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Imamu Amiri Baraka Biography | Poet

Photo of Imamu Amiri Baraka

Amiri Baraka (born Everett LeRoi Jones on October 7, 1934, in Newark, New Jersey) is a American writer of poetry, drama, essays, and music criticism.

In 1957, he was discharged "undesirably" from United States Airforce service and moved to New York's Greenwich Village, where he rapidly became involved with the bohemian beat movement and became influenced by the styles of Allen Ginsberg, Frank O'Hara, and Charles Olson. In 1960, he went to Cuba, which initiated his transformation into a politically active artist; in 1961, Preface to a Twenty Volume Suicide Note was published. This was followed, in 1963, by Blues People: Negro Music in White America, to this day one of the most influential volumes of jazz criticism, especially in regard to the then-beginning Free Jazz movement.

Today, Baraka is most widely known in popular culture for the fact that, in 2002, the state of New Jersey made him poet laureate and then forced him out of that position a year later because of his poem Somebody Blew Up America[1], which was widely interpreted to mean that Baraka believed the U.S. ruling class was behind the attacks on the World Trade Center — a 9/11 conspiracy theory. Baraka has also been known for his controversial statements on the prospects for greater black-white societal reconciliation. A former lecturer at Yale University, he answered one female white student's question on how whites could help the situation with this response: "You can help by dying. You are a cancer. You can help the world's people by your death."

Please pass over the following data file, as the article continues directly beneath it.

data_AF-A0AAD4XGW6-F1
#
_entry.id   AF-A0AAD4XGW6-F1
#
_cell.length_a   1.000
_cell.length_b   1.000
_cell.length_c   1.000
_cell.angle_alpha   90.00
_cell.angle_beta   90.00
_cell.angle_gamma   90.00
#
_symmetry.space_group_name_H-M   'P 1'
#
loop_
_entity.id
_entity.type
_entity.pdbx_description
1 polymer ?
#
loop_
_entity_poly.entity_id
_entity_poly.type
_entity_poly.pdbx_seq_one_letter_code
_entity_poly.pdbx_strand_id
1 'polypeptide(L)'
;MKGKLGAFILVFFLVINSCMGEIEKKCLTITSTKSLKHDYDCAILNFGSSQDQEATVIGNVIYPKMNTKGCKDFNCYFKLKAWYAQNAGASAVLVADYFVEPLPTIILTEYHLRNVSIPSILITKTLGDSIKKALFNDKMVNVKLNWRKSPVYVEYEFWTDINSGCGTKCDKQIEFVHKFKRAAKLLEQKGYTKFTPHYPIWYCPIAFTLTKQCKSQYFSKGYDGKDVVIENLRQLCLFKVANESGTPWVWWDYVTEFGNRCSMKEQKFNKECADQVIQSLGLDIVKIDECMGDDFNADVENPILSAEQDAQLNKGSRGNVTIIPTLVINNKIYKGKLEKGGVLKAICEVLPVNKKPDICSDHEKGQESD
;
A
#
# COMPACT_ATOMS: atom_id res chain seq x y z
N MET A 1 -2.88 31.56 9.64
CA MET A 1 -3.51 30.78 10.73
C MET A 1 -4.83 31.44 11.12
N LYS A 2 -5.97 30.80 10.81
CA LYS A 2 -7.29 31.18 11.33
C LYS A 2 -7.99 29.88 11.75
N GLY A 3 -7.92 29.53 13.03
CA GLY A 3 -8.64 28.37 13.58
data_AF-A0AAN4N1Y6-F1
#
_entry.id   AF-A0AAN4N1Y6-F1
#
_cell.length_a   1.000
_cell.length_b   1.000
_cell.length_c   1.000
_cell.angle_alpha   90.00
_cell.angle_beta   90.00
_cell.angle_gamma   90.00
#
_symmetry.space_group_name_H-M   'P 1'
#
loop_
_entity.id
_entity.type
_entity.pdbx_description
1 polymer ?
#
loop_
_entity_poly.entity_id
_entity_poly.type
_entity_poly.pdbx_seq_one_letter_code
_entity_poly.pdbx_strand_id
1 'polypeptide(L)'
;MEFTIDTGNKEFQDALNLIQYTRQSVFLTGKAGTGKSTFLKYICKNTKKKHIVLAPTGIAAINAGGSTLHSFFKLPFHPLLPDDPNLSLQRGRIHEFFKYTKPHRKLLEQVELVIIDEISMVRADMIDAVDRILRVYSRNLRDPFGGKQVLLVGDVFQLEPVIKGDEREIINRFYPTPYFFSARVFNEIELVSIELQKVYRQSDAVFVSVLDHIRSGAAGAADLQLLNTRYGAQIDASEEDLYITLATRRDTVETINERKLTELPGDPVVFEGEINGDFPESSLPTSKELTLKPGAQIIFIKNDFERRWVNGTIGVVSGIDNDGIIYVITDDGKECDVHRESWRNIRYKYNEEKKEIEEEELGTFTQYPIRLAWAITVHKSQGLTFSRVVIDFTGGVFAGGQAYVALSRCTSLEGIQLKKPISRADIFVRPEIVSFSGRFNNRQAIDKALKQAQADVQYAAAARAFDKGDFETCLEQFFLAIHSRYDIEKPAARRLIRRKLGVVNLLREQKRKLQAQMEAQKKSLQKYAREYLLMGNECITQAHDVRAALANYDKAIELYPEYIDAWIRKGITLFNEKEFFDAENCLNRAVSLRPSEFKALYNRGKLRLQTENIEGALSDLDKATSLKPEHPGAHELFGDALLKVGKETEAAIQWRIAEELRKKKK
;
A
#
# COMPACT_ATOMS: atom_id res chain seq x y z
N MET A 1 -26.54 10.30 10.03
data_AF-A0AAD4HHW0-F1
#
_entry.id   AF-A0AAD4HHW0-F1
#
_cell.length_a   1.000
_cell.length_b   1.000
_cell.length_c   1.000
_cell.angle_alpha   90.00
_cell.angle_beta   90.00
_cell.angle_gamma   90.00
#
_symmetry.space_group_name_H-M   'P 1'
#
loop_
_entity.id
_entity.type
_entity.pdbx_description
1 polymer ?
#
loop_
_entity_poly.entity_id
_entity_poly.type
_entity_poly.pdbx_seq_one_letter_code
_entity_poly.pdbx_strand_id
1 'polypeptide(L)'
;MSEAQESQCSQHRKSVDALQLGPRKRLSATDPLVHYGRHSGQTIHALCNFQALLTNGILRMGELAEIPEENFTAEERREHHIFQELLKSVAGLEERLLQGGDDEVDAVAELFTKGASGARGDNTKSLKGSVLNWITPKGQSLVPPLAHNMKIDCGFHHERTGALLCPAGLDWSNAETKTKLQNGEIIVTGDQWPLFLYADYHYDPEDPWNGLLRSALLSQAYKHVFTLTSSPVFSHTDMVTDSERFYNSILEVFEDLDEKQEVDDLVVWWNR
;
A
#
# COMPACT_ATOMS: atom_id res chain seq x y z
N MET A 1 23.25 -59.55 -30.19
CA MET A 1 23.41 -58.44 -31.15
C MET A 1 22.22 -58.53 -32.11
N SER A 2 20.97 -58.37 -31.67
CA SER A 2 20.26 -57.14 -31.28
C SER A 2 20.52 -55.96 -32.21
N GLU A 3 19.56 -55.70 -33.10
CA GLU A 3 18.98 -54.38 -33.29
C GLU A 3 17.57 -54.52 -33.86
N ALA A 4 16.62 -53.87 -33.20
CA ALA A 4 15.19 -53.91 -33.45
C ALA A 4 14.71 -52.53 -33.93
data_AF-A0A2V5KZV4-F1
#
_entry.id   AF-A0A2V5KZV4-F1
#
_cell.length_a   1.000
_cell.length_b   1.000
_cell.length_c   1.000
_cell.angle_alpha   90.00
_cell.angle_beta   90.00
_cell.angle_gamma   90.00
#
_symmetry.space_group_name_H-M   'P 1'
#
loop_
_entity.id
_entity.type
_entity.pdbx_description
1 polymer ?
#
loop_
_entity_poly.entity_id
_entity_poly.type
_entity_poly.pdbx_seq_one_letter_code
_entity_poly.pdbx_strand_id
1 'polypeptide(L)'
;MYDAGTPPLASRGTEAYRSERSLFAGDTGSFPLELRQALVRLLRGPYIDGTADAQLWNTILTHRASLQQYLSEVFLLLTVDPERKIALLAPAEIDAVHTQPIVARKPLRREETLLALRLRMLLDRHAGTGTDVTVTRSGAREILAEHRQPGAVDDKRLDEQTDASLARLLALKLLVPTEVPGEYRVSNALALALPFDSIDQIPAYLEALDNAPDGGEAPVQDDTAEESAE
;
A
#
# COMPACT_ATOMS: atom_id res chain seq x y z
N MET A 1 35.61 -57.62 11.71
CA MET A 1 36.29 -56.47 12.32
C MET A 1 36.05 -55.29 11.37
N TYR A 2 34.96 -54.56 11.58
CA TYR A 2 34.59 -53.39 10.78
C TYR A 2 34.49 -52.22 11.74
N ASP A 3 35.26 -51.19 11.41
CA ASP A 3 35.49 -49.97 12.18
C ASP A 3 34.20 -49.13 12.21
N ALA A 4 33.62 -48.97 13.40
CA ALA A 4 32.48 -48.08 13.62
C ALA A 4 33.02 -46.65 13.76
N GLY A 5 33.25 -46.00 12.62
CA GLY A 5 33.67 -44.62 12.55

Baraka has been a self-proclaimed communist since 1974, but given a history of questionable political leanings and activity, many on the Radical Left do not accept the legitimacy of this claim to the principles of Marxism. In 2006, controversial right-wing author and lecturer, David Horowitz, included Baraka his The Professors: The 101 Most Dangerous Academics in America.

Imamu Amiri Baraka: Poems | Best Poems | Short Poems | Quotes

Book: Reflection on the Important Things